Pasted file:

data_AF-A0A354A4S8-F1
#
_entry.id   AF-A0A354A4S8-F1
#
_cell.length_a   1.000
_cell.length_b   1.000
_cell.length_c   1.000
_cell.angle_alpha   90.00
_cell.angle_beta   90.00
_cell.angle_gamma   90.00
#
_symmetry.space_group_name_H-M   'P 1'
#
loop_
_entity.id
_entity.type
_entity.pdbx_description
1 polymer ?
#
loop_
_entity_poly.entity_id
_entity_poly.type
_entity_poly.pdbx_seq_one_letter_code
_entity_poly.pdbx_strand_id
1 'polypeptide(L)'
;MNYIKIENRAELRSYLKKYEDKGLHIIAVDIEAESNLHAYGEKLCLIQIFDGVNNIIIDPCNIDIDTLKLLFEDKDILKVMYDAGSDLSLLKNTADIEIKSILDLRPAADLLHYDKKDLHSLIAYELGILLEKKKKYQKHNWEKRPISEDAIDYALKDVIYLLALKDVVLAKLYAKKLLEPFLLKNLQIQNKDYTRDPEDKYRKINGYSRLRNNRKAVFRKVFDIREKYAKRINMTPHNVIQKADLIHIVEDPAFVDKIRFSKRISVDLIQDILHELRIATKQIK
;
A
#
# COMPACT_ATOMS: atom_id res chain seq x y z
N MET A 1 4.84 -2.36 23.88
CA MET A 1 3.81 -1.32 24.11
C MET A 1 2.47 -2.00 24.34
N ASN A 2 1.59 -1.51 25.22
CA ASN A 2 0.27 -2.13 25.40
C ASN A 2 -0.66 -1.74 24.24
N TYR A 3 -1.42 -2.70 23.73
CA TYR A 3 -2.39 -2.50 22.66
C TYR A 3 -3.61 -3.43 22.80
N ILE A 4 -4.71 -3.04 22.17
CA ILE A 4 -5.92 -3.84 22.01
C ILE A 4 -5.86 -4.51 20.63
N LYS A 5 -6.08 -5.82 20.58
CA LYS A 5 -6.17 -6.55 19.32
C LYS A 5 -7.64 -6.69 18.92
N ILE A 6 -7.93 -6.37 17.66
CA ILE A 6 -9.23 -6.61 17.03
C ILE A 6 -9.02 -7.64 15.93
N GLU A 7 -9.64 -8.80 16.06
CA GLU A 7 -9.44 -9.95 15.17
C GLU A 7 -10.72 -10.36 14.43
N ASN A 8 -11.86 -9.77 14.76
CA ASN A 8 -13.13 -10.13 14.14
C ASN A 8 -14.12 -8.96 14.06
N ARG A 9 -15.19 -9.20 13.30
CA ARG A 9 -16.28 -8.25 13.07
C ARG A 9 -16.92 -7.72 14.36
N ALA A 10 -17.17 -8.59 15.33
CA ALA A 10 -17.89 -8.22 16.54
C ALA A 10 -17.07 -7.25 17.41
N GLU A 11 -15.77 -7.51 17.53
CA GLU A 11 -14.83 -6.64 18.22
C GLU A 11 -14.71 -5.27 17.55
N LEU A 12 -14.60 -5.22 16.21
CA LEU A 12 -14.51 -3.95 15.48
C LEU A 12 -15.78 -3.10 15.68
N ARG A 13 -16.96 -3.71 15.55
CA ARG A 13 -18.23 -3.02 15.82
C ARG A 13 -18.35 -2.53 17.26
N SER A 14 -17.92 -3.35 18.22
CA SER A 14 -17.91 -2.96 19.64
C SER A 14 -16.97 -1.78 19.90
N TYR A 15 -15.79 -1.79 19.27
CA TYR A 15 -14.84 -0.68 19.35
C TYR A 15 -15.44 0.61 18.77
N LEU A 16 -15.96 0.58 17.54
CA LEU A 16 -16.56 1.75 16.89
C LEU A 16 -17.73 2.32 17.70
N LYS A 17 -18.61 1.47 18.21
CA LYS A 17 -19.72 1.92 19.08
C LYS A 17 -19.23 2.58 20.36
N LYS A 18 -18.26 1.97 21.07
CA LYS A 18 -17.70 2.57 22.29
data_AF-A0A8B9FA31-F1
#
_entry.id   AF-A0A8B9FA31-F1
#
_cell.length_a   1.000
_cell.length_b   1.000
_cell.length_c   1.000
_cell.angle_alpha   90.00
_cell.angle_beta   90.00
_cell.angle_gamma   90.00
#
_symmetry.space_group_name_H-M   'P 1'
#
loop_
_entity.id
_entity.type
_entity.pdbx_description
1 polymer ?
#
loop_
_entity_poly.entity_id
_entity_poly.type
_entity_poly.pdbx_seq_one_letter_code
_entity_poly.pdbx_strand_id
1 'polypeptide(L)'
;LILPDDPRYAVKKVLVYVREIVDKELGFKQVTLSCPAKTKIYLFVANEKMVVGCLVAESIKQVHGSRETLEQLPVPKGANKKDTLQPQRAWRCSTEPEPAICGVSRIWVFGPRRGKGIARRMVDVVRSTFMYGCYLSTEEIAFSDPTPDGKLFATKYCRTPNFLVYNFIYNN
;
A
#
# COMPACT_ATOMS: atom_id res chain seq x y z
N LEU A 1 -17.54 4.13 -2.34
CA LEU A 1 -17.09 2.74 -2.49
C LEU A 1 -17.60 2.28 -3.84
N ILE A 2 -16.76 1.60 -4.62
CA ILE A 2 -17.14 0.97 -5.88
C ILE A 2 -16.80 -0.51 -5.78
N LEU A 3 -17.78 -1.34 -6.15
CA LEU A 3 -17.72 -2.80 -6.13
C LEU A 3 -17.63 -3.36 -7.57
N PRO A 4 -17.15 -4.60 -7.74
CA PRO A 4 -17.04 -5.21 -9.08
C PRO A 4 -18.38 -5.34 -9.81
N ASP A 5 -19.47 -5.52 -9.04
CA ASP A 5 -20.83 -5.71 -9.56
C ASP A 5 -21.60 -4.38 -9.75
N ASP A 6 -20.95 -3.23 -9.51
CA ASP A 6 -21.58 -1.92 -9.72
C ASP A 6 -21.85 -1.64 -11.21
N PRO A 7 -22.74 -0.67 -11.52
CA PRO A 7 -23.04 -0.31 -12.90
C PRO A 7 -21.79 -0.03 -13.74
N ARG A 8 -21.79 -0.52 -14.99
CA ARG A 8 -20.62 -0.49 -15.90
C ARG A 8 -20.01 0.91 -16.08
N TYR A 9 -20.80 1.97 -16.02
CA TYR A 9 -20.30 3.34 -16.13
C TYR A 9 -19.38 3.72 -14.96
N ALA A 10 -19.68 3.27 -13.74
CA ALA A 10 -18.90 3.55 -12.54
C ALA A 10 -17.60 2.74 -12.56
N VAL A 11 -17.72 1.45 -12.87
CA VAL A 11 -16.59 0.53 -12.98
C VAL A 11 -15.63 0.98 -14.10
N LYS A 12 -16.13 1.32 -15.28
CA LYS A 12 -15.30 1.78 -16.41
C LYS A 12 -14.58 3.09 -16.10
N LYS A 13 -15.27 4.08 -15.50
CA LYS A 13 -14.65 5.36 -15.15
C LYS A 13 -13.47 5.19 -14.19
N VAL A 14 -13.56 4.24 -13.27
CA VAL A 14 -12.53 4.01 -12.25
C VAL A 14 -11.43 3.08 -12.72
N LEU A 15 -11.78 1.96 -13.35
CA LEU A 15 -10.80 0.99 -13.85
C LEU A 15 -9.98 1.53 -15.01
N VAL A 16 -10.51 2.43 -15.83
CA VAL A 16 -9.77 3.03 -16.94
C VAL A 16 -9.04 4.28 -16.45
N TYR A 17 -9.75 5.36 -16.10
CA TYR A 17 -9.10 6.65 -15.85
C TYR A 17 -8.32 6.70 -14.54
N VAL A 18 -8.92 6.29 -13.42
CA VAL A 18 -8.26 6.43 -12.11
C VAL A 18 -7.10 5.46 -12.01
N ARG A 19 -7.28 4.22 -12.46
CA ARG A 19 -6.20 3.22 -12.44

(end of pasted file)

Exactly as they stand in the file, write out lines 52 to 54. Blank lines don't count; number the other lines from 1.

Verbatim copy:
N ASN A 8 -11.86 -9.77 14.76
CA ASN A 8 -13.13 -10.13 14.14
C ASN A 8 -14.12 -8.96 14.06